Statistical studies of solar systems are giving us encouraging results about the frequency of Earth-sized planets in our Galaxy. But what does it mean?
A survey of 166 sun-like stars using the Keck Telescope in Hawaii has shown an interesting trend (graph below). As we look at planets of lower and lower masses, a higher percentage of the stars observed possess them.
Let’s note a few things about this graph. Firstly, the scales are logarithmic: this means that the tick marks are multiples of 10. This also means that the “bin size” (i.e. what range of masses fit in every bar) is quite big. The second thing is the big question mark on the lowest mass bar. We can’t really detect planets effectively at these masses yet (although the Kepler Space Telescope will change things by the end of the year!). The last bar is an extrapolation – it is an assumption based on a model which fits the rest of the data. This is not cheating in any sense – it’s an appropriate measure to take in the absence of reliable data (made doubly appropriate by the large question mark they ingenuously stamp on the bar). If this extrapolation is correct, then out of the 200 billion stars in our galaxy, at least 46 billion Earth-size (ish) planets exist in orbit around them. While it’s been commonly thought among astronomers that lower mass planets are more common than higher mass planets, this is an unusual attempt to do a statistically accurate survey of our local neighbourhood to study this. Plus, there are details in this study which are in conflict with theory (in particular, an overabundance of warm Super Earths) which beg important questions that need answering.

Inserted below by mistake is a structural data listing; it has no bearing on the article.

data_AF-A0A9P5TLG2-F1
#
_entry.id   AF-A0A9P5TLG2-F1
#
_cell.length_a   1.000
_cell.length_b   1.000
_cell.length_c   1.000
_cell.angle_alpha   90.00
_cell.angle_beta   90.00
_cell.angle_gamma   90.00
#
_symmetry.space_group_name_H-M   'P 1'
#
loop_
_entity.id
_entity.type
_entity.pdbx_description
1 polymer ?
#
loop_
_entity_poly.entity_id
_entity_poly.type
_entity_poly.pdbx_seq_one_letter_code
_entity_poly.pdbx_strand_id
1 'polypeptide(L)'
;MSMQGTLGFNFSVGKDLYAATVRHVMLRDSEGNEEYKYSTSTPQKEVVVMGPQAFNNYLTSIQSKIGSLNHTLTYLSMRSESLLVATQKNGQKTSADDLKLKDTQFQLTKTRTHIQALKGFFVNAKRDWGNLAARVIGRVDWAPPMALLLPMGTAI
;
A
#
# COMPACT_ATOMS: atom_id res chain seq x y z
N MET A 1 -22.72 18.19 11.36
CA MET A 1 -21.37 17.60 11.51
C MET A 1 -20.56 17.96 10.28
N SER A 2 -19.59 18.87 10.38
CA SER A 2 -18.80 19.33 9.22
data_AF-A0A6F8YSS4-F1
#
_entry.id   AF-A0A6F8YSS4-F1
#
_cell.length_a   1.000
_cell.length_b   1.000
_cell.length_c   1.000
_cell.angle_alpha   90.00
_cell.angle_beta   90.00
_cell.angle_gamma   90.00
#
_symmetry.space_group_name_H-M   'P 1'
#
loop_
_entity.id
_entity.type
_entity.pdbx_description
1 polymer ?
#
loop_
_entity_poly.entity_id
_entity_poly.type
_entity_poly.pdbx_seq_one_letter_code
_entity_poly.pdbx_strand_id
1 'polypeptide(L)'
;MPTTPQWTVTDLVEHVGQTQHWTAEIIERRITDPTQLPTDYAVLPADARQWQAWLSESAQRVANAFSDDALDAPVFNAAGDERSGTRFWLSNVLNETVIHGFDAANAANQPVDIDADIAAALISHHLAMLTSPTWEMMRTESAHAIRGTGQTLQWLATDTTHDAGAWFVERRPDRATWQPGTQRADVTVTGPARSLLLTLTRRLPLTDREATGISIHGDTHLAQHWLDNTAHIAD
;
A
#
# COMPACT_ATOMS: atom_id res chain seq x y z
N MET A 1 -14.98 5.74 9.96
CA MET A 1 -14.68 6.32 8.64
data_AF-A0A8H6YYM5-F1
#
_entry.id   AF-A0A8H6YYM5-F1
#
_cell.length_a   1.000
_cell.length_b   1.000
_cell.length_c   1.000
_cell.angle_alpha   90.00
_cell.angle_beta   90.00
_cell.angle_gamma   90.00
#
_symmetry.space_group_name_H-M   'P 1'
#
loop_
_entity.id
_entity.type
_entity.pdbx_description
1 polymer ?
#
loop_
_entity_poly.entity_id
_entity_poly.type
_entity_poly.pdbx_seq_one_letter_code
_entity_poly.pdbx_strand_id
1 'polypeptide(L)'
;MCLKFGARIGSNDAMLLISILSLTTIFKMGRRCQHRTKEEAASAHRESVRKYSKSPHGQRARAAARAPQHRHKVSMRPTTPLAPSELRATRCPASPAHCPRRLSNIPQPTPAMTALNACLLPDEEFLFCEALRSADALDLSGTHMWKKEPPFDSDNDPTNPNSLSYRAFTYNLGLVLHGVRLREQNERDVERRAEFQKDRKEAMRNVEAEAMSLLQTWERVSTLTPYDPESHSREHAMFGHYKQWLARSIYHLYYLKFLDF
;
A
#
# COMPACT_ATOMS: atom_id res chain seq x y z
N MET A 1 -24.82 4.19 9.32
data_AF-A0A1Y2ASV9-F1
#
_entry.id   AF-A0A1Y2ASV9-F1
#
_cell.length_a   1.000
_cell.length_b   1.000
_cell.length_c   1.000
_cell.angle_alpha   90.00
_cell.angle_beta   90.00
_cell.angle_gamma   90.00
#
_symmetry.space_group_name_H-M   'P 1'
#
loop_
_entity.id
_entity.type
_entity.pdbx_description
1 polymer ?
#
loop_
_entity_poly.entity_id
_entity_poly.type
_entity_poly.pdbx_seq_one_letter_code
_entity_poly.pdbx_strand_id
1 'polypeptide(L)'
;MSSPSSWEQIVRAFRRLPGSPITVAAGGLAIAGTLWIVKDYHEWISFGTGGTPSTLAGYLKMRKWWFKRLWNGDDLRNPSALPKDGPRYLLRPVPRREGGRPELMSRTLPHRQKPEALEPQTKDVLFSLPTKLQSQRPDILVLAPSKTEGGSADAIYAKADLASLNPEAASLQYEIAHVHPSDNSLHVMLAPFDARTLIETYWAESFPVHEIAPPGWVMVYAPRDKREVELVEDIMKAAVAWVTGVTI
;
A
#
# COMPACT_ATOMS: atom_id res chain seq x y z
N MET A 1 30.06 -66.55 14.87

This study might not let us directly see these countless Earth analogues, but they’re pointing us towards them. We are on the cusp of a new revolution of exoplanet science, where the Earth mass regime is waiting to show itself. We might catch the first glimpses as soon as December, when the Kepler Space Telescope announces its first science results.
I, for one, cannot wait!